Very few RPG series stand the test of time. Sure, a few sequels might spring up here and there over the course of a few years, but how many of them last for over a decade? I can think of a couple, like Final Fantasy, Dragon Warrior, Zelda, and perhaps a few others. These all have their charm and place in gaming history, to be sure. There is one franchise, however, that while not exactly a series per se, it has endured in one incarnation or another for almost fifteen years.
The games in the Shining series are multiple (fourteen unique releases, to be exact, with two on the way) and have spanned numerous consoles, not all of them Sega’s. From the first title, the Genesis classic Shining in the Darkness to the most recent releases of Shining Soul on the Game Boy Advance, it has morphed itself and found a way to stay alive. This is especially admirable when you consider just how half-ass Sega has treated their RPG series over the year (Phantasy Star V, where are you?). Some were straight-up RPGs, others were action/RPGs, and still others were strategy/RPGs. Yes, the Shining franchise has done it all.
Not bad for a name brand that has changed developers, survived disputes between its creators and Sega, and has even seen its release platform cancelled while still in development.
Many people believe that the entire series was handled by a single developer. While this is partially true (Camelot Software Planning’s Hiroyuki Takahashi and Yasuhiro Taguchi have had a hand in every one of the games in the series, save the two Shining Soul titles), there still remains much confusion as to who did what, exactly. Bear with me as I try to sort this mess out and make something sane out of it.
Brothers Hiroyuki and Shugo Takahashi were programmers for the company Climax and began at Sega under the developer name “Sonic Co.” (also known as “Team Sonic” or “Sonic Software Planning”) and were responsible for creating both Shining in the Darkness and Shining Force. As there were only four people working on these titles, assistance was needed. The Takahashi brothers asked their former colleagues at Climax to help out with technical support. Mr. Naito (now head of Climax) directed and Hiroyuki Takahashi produced. This explains why both these titles had credits for Sega and Climax.
Still with me? Good.
Once both games were released, Sonic Software Planning went solo. The name “Camelot Software Planning” was only used when they developed games for other companies, like PlayStation’s Beyond the Beyond or various Mario sports titles for Nintendo. Sega finally allowed them to use the Camelot title when the third episode of Shining Force III for Saturn was in development. As fate would have it, that also was around the time that Camelot and Sega parted ways. It seems that the developers were understandably miffed by Sega’s decision to can the Saturn and concentrate on Dreamcast, effectively leaving Camelot high and dry and Shining Force III as a consolation prize for Saturn owners. In fact, the release of Shining Force III for the American Saturn was viewed by the company (particularly then-president Bernie Stolar) as a final “thank you” to fans, and the game appeared alongside such other hard to find gems as Panzer Dragoon Saga.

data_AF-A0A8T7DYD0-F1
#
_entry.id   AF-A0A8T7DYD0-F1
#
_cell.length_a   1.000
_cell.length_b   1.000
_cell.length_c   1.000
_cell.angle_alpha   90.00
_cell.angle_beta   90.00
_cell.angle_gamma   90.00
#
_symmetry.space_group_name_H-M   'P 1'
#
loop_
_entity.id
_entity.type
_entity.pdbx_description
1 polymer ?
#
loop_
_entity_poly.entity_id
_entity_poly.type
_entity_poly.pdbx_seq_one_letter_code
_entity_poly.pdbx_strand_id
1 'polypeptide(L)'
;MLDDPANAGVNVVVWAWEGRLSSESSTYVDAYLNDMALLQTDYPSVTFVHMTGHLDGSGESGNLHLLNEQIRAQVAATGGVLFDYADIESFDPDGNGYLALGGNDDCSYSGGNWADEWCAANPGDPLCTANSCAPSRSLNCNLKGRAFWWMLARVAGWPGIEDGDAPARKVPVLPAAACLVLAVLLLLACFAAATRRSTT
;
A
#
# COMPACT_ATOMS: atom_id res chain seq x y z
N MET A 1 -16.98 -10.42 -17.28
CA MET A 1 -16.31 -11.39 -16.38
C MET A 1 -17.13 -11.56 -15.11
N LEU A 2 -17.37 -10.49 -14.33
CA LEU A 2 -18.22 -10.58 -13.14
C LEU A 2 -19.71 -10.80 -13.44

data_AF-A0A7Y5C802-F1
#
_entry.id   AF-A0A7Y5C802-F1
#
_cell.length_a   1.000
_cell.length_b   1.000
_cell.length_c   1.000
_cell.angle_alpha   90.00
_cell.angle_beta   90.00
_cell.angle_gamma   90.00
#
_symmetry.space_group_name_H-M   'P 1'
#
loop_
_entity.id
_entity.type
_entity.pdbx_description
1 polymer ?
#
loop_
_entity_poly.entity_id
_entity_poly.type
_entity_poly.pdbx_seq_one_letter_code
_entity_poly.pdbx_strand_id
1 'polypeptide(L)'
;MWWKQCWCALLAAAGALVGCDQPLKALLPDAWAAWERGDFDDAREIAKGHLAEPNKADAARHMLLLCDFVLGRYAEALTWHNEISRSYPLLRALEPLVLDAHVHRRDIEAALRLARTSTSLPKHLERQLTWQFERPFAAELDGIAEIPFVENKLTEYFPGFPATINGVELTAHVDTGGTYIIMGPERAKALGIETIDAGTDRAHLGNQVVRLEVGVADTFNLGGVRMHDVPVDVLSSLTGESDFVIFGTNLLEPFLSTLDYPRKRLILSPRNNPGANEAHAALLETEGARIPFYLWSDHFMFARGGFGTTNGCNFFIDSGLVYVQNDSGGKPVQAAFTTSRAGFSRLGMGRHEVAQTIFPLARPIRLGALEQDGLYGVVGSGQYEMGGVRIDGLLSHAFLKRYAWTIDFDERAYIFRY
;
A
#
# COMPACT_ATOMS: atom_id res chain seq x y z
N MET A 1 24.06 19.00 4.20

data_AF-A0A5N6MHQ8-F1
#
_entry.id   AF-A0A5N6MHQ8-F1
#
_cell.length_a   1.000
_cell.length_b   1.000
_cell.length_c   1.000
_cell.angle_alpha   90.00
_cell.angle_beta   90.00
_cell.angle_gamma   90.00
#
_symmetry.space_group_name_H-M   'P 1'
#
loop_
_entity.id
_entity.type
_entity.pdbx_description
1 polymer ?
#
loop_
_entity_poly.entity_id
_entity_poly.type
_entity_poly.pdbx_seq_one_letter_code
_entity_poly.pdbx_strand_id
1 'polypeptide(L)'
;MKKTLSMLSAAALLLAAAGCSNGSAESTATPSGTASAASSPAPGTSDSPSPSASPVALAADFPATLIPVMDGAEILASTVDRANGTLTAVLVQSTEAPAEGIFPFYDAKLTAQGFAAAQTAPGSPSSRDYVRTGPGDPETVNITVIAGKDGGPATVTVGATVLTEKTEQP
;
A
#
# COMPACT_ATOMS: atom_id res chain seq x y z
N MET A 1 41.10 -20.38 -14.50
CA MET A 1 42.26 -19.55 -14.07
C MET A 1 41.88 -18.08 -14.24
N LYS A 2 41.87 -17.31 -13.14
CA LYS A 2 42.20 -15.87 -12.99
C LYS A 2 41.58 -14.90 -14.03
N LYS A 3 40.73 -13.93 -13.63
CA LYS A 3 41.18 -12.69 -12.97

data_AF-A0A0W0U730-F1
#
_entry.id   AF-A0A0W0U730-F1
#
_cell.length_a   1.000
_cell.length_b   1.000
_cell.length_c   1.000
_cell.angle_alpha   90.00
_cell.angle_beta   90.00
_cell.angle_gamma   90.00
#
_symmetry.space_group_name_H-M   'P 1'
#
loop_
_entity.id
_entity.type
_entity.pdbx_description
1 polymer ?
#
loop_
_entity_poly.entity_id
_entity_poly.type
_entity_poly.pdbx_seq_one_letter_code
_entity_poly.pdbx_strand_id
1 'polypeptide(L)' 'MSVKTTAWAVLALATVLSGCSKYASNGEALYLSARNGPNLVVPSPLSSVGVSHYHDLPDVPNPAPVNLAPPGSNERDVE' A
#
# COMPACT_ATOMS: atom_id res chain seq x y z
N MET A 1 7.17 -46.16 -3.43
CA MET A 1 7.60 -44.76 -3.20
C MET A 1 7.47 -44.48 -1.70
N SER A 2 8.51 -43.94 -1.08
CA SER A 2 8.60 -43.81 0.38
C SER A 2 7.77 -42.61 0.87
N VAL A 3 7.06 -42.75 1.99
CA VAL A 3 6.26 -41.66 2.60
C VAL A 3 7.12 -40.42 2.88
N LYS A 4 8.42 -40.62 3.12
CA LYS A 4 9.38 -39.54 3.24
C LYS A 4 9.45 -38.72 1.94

The Shining Force III premium disc, an extremely rare giveaway obtained by sending in the proofs of purchase from all three scenarios, had an “abstract.txt.” file in it that expressed Camelot’s disappointment with Sega’s actions.:
As we come nearer and nearer to the last stage of Sega Saturn, the difference between Sega’s and Camelot’s motto in making games increases more and more. This became even more obvious after Dreamcast’s launch. I sincerely wish people would not focus too much on graphics and forgot the essence of a game. What Camelot wants to make, is still “a game that’s really a game.” No matter how good a console can become, the essence of game will not change.
Sad, ain’t it?
For this reason, no more Shining titles were handled by Camelot. The two GBA releases of Shining Soul have been done by Sega themselves, with the aid of Salamander Factory, a company founded by Yoshitaka Tamaki (the character designer for Shining & the Darkness and the first Shining Force).
Renowned for their great characters and multiple styles of gameplay, the Shining games have come a long way. Beginning in 1991 with the second big Genesis RPG (after Phantasy Star II), Shining in the Darkness ushered in a new and wonderful universe of heroes and villains. Though many gamers complained of the lack of outdoor environments (the whole game takes place in a multi-level dungeon, hence the name Shining in the Darkness), there was more than enough diversity and excitement for all. Who could forget the first time that huge crab came out from around the corner and blocked your path or those enemies that called for help just when you thought they were beaten?
One enduring element that SitD implemented was the menu system. Tiny animations accompanied the text, making each and every action very easy and intuitive. This system was so effective, in fact, that it can be found in just about every game in the series, as well as Beyond the Beyond and Golden Sun on the GBA.
SitD was given a pseudo-sequel on Saturn with Shining the Holy Ark. Using rendered characters instead of sprites (a technique also used in Shining Force III, Shining Wisdom, and Golden Sun), the game was 45+ hours of pure dungeon crawling bliss. An ungodly soundtrack accompanied you on your adventure, which was in every way reminiscent of Darkness. This time, however, there were outdoor environments, character class upgrades, even ninjas!